Smith said the composition of the Health Care Committee during the last session wasn’t reflective of the partisan make-up of the body. The six Democrats, one Progressive, one Independent and three Republicans, Smith said, didn’t mirror the near super-majority status of his party.

“It’s 6-5 committee right now, and the balance is different than most of the other committees, and that plays a role in the decision,” Smith said. “And it’s not an easy decision.”

That narrow margin led to some very public setbacks last session for the committee’s Democratic chairman, who saw his committee go against him on at least one high-profile vote.

Rep. Mary Morrissey, who will be one of two Republicans left on the Health Care Committee, said the change “disrespects” the work that Mitchell and the committee have done over the first half of the session.

Turner said he appreciated that the speaker called him earlier this week to inform him of his plan, and that Smith was willing to work with Republicans in determining which of the three would be sent to the education committee.

Turner said he thinks Hoyt’s experience on the Blue Ribbon Tax Commission, the panel that worked in 2009 to try to reform the income and sales tax, is one of the reasons Smith wants her on health care.

“From my perspective, I think they’re trying to figure out how they’re going to do single-payer,” Turner said. “And being a former member of that commission, I’m sure she has a lot of information about taxation.”

Smith said Hoyt’s facility with the tax code is one reason among many she’ll be a good fit on the committee.

“Certainly it helps that she was on the Blue Ribbon Tax Commission,” Smith said. “But it really is the breadth and depth of her experience.”

Darcie Johnston, head of Vermonters for Health Care Freedom, which working to stymie progress toward single-payer, said the committee reassignments underscore the urgency of the opposition.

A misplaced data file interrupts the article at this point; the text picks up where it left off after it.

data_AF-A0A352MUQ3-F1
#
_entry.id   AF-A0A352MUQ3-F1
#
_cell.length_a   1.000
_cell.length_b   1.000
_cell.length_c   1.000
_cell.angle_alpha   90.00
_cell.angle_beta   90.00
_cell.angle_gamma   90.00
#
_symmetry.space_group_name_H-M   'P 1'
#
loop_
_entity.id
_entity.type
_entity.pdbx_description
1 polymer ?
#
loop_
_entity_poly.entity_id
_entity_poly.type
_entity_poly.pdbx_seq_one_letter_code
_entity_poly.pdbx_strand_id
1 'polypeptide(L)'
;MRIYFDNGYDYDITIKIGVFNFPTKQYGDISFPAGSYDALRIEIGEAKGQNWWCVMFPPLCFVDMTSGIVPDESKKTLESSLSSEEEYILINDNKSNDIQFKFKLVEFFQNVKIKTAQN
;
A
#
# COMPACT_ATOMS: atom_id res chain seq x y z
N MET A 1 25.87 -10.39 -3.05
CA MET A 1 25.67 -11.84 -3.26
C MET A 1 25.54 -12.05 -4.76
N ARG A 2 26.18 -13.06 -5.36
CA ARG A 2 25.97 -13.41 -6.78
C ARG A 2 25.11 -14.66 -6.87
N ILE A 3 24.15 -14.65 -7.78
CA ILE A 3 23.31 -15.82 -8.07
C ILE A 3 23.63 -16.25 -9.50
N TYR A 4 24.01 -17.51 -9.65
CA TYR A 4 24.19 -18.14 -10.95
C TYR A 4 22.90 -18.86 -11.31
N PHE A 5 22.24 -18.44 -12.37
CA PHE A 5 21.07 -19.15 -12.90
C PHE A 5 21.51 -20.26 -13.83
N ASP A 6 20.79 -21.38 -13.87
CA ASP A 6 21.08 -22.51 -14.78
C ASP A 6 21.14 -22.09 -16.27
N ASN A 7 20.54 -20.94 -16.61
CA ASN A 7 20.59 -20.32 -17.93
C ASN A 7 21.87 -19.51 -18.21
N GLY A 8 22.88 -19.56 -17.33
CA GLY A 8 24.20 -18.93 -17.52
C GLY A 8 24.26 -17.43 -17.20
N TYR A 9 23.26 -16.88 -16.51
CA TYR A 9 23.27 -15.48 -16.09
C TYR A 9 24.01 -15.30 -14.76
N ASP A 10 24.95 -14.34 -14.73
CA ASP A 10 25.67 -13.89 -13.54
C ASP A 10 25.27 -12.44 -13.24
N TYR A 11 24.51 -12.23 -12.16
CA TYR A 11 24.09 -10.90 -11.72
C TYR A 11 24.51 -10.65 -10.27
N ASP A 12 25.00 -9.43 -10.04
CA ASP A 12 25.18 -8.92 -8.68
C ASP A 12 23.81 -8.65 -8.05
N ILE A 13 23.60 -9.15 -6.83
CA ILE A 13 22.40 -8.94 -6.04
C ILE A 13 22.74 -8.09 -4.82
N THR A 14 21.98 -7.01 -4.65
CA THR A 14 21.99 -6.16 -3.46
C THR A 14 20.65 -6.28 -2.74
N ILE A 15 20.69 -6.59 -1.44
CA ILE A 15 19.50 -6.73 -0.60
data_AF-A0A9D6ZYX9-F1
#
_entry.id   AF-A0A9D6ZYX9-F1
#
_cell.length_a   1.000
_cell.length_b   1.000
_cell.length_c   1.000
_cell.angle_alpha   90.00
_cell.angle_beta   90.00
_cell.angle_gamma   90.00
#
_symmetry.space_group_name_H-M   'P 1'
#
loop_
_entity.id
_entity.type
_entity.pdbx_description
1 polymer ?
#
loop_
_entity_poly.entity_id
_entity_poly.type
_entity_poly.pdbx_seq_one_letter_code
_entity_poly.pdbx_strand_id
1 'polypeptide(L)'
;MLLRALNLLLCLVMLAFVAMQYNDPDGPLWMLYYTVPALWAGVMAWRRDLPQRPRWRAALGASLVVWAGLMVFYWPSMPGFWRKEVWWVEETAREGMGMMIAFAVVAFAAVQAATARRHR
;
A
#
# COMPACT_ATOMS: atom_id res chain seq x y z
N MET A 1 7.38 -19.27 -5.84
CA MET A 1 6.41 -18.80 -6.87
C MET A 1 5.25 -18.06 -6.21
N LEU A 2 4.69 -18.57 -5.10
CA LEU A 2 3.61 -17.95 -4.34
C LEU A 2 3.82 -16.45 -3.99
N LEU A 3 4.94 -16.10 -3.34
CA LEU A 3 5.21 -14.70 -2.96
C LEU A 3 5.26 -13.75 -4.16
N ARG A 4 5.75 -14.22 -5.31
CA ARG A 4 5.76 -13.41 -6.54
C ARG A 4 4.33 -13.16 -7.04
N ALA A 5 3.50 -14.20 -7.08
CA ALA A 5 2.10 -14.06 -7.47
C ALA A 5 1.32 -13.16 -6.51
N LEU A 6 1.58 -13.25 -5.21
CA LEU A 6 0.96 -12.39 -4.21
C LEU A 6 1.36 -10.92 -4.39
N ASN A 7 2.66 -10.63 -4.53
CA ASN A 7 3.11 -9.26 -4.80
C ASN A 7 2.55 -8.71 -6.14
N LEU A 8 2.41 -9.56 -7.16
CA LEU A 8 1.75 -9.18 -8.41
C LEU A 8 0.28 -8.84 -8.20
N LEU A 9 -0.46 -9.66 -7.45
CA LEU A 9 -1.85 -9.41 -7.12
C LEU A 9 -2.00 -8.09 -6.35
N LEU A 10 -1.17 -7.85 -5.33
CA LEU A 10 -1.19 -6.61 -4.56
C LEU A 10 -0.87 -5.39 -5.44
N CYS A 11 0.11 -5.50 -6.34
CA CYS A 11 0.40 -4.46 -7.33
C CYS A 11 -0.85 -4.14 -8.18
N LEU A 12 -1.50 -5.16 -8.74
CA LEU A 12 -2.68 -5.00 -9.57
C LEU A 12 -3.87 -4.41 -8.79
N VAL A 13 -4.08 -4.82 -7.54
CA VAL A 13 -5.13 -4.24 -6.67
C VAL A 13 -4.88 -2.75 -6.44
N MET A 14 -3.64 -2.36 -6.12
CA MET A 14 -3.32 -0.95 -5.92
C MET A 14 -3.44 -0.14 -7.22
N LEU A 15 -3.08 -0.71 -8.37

“This is a clearly partisan political move to rearrange the deck chairs to get the political result they want of moving single payer health care forward,” she said.

In speech at GOP fundraiser, Christie offers self up as “blueprint” for Republican resurgence

New Jersey Gov. Chris Christie (courtesy photo)

New Jersey Gov. Chris Christie (courtesy photo)

“Candidates matter.”

That was the message from the Republican governor of New Jersey Wednesday night as he regaled nearly 700 members of the Vermont GOP with the story of his own unlikely rise to prominence in a state where politics tend to run the same shade of blue as in Vermont.

“Here’s our message: candidates matter. Candidates matter more than money. Candidates matter more than data mining… Candidates matter more than TV commercials and they matter more than mail pieces and they matter more than those incredibly annoying automated phone calls. They matter more than any of that,” Christie said Wednesday.

Media were barred from attending Wednesday’s fundraising gala at the Champlain Valley Expo in Essex Junction, but an audio recorder belonging to the Vermont Press Bureau made it past the gates. In addition to Christie, the recording captured speeches delivered by Lt. Gov. Phil Scott and Rep. Heidi Scheuermann, who were among the lead organizers of an event they say marked the dawn of a new era in the Vermont Republican Party. Continue reading